Table of contents
Event Management is a process included in the ITIL® Service Operation phase:
By definition, an event is a "change of state that has significance for the management of an IT service or other configuration item (CI)". Events are typically recognized through alerts or notifications detected by a monitoring tool.
These detections of significant status change, the meaning given to them and the appropriate control measures that are performed are the major activities that are part of the Event Management process.
Event Management is the basis for the monitoring and control of IT operations.
- Provides mechanisms for early detection of incidents. In many cases, it is possible for the event to be detected and assigned as an incident to the appropriate group for action before any actual service outage occurs;
- Automated detection takes into consideration significant alerts or notifications, thus removing the need for expensive and resource-intensive real-time monitoring, while reducing downtime;
- Reporting an event to a group that responds quickly improves the availability and allows system capacity tracking.
Principles and basic concepts
There are 3 event types:
Type of event that requires no action. Typically used to confirm the status of an equipment or a service, the success of a transaction or activity, or to generage statistical analysis. Examples:
Type of event signaling the approach of a threshold. Indicate that the situation should be checked and the appropriate actions taken to avoid an exception (failure). Example:
The warning means an unusual activity. It is an indication that the situation calls for increased surveillance. In some cases, it might resolve itself, for example, when an unusual increase workload occurs, once completed, the situation returns to a normal state.
Type of event indicating that an equipment functions abnormally which causes or may cause a negative impact on business activities. Examples:
Each organization must define its rules for each event type, to ensure that the automatic mechanisms of monitoring systems are properly managed. Keep in mind that the "Information" events report data to use in decision making, the "Warning" events provide information about exceptions that may occur and the level of intervention to implement and "Exception" events indicate an abnormal situation for which an action must be taken.
Each type is based on messages sent and received, which are designated as event notifications that occur based on pre-established rules.
Occurrence: Among all the events that occur, which ones should be detected must be determined.
Notification: Issued by a CI or by a monitoring tool. There are 2 types:
- active tools, that query CIs on their status and availability;
- passive tools, that detect CI alerts and communications and make correlations to identify exceptions.
Detection: Once the notification is received, it is interpreted by the monitoring system or another management tool (such as Octopus).
Event Logging: Creation of the event request type in the request management tool.
First-level of correlation and filtering: According to the rules established in the correlation engine, the event is communicated to the management request system or it is ignored (filtering), and is identified as an event type:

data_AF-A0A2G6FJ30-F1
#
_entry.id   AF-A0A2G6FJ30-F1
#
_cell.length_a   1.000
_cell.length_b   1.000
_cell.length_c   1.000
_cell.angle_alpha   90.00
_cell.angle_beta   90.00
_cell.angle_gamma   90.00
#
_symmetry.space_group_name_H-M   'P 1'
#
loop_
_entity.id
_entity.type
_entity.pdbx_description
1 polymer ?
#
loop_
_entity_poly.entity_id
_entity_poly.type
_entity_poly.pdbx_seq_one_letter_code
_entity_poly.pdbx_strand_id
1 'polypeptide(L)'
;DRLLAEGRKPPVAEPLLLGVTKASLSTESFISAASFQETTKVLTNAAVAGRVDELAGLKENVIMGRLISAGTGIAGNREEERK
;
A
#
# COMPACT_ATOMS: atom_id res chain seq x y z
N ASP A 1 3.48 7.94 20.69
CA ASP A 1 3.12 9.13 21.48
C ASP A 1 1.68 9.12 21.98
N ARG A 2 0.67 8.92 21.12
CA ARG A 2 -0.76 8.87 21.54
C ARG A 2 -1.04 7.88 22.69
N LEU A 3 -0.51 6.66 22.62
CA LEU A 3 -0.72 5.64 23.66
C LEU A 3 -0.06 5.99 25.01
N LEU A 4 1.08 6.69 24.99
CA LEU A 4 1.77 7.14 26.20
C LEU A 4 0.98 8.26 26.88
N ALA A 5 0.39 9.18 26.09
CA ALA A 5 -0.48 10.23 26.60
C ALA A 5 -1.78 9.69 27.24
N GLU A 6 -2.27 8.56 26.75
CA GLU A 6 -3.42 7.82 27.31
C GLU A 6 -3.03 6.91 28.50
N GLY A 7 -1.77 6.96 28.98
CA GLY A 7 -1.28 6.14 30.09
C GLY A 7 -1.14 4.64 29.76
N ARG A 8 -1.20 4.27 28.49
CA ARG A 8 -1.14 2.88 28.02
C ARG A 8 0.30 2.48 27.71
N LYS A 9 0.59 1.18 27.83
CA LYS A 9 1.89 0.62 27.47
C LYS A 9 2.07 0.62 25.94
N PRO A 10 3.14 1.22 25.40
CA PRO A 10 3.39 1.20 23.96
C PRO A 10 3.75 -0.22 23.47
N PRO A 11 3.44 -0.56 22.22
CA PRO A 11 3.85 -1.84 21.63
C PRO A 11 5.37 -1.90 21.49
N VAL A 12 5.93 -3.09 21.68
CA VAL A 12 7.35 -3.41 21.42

- Information: no action
- Warning: an equipement reaches a threshold that requires a verification and potentially an automatic or manual action to prevent an exception (failure).
- Exception: a service or an equipment functions abnormally; business is impacted. The exception event will be transmitted as an incident, a problem or a change.
Second-level of correlation: If the event is a "Warning" type, a decision must be made about its significance and the appropriate actions to be taken. Correlation is enssured by a "correlation engine" (which is usually part of a management tool) which compares the event with a set of criteria in a prescribed order. These criteria are called "business rules". The idea is to design a system that identifies events that impact the business and use the rules to determine the level and type of impact.
- Number of similar events
- Number of CI generating similar events
- Specific action associated to a code or data
- Comparison of data usage according to a maximum or a minimum
If no action is required, the event will be logged for future reference.
Alert / Human Intervention: If the "Warning" event requires immediate attention, a notification is sent to the group responsible of the affected configuration item.
Auto-Response: Just as an "Exception" event, correlation rules of the management system can automatically create an incident, problem or change, and the new request will be managed through the corresponding processes.
Closure: Closing of "Information" or "Warning" event. The "Exception" event will be closed through the incident, problem or change processes.
Structure and rules
An organization must define and design exactly what, in the infrastructure and IT services, should be monitored and how it should be controlled. This structure must consider all of the decisions to be taken and the mechanisms to be put in place to execute these decisions.
- How event will be generated?
- How will they be classified?
- How will they be communicated?
- What data will be transmitted into the event request?
- Where events will be logged?
- Which level of automation must be applied?
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